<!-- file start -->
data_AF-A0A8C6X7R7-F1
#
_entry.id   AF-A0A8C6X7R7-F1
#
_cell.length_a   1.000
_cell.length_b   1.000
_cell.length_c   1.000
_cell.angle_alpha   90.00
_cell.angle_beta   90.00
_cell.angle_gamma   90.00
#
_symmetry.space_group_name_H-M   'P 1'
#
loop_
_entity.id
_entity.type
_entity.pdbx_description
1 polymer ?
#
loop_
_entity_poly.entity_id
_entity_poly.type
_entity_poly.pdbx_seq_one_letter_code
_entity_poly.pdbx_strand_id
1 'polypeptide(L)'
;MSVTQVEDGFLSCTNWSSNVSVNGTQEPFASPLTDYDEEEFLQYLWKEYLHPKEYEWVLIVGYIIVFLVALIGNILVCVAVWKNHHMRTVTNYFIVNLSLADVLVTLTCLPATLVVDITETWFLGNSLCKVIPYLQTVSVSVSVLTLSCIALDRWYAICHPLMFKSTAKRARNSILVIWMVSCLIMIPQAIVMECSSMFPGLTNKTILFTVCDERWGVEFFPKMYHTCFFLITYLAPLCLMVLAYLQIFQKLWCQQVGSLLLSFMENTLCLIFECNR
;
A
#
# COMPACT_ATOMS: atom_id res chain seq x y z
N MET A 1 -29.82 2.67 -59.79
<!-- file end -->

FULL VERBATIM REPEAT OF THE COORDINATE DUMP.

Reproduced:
data_AF-A0A8C6X7R7-F1
#
_entry.id   AF-A0A8C6X7R7-F1
#
_cell.length_a   1.000
_cell.length_b   1.000
_cell.length_c   1.000
_cell.angle_alpha   90.00
_cell.angle_beta   90.00
_cell.angle_gamma   90.00
#
_symmetry.space_group_name_H-M   'P 1'
#
loop_
_entity.id
_entity.type
_entity.pdbx_description
1 polymer ?
#
loop_
_entity_poly.entity_id
_entity_poly.type
_entity_poly.pdbx_seq_one_letter_code
_entity_poly.pdbx_strand_id
1 'polypeptide(L)'
;MSVTQVEDGFLSCTNWSSNVSVNGTQEPFASPLTDYDEEEFLQYLWKEYLHPKEYEWVLIVGYIIVFLVALIGNILVCVAVWKNHHMRTVTNYFIVNLSLADVLVTLTCLPATLVVDITETWFLGNSLCKVIPYLQTVSVSVSVLTLSCIALDRWYAICHPLMFKSTAKRARNSILVIWMVSCLIMIPQAIVMECSSMFPGLTNKTILFTVCDERWGVEFFPKMYHTCFFLITYLAPLCLMVLAYLQIFQKLWCQQVGSLLLSFMENTLCLIFECNR
;
A
#
# COMPACT_ATOMS: atom_id res chain seq x y z
N MET A 1 -29.82 2.67 -59.79